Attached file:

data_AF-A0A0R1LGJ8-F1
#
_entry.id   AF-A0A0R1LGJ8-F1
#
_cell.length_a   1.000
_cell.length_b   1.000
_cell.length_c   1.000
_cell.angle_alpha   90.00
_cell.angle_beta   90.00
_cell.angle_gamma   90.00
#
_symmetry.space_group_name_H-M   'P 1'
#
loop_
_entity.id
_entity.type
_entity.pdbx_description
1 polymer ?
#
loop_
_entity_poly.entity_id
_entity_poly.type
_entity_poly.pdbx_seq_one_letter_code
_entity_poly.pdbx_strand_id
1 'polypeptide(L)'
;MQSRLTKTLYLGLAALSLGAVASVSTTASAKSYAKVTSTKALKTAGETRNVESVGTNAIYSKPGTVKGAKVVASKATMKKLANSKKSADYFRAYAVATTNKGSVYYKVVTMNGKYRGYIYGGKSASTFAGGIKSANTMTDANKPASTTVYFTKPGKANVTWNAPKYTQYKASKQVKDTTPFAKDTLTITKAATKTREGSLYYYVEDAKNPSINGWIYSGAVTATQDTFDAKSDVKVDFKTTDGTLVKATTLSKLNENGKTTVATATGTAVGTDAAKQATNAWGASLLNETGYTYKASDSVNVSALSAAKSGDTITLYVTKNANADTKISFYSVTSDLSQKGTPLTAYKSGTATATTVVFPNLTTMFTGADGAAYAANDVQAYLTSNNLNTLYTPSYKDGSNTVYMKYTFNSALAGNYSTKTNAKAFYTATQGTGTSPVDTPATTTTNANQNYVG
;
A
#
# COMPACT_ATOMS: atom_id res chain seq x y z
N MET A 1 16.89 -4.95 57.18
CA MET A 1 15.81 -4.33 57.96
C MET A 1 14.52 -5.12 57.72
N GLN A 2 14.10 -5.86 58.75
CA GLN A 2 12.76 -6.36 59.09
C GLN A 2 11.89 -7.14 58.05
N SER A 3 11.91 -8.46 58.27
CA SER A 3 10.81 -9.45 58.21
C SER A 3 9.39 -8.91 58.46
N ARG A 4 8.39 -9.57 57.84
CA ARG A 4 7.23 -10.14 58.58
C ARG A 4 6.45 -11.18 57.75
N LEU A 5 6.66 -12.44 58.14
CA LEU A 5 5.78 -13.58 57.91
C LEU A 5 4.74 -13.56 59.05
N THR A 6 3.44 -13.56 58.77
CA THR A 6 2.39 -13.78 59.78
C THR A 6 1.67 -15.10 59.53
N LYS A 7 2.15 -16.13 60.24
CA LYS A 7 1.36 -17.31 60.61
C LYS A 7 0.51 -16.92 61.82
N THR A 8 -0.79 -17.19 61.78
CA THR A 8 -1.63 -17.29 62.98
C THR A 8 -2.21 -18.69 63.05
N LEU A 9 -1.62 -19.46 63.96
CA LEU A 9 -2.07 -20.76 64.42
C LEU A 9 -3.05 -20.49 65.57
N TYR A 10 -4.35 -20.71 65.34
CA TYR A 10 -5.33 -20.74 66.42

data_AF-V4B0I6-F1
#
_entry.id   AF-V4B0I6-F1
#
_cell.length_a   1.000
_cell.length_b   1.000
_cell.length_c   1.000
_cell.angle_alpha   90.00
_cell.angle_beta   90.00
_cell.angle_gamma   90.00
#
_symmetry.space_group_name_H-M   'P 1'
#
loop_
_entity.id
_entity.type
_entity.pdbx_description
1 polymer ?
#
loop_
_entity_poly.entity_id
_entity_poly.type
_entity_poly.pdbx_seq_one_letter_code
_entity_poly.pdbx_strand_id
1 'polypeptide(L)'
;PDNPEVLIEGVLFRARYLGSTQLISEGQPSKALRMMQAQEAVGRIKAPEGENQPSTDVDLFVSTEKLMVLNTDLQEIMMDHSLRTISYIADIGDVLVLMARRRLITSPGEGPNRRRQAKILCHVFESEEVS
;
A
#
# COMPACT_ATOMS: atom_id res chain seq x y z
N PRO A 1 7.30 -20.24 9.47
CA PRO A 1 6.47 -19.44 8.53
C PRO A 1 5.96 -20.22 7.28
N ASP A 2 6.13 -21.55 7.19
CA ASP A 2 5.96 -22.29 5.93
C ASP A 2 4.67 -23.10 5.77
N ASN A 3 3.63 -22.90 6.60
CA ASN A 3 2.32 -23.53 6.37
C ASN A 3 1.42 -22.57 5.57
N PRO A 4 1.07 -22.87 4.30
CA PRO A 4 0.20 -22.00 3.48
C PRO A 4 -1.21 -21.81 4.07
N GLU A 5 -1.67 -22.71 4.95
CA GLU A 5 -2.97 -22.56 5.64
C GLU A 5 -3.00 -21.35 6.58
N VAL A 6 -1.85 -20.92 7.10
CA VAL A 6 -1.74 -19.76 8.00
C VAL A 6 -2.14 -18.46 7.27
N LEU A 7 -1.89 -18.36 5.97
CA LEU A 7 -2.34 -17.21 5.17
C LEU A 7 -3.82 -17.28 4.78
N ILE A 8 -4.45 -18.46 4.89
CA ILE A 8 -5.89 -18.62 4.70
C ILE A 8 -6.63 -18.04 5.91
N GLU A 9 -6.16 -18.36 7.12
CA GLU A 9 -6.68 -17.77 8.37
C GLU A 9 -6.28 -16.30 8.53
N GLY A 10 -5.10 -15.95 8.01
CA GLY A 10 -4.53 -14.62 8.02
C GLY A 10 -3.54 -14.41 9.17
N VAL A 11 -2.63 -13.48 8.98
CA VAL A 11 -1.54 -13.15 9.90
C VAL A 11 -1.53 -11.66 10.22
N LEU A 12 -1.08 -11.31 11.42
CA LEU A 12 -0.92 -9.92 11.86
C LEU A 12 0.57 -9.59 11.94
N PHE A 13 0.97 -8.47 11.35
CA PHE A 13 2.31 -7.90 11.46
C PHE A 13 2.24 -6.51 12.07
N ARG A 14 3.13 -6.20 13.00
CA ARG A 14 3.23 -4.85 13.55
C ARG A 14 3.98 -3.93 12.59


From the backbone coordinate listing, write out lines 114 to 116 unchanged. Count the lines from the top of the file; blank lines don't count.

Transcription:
N GLU A 9 -6.16 -18.36 7.12
CA GLU A 9 -6.68 -17.77 8.37
C GLU A 9 -6.28 -16.30 8.53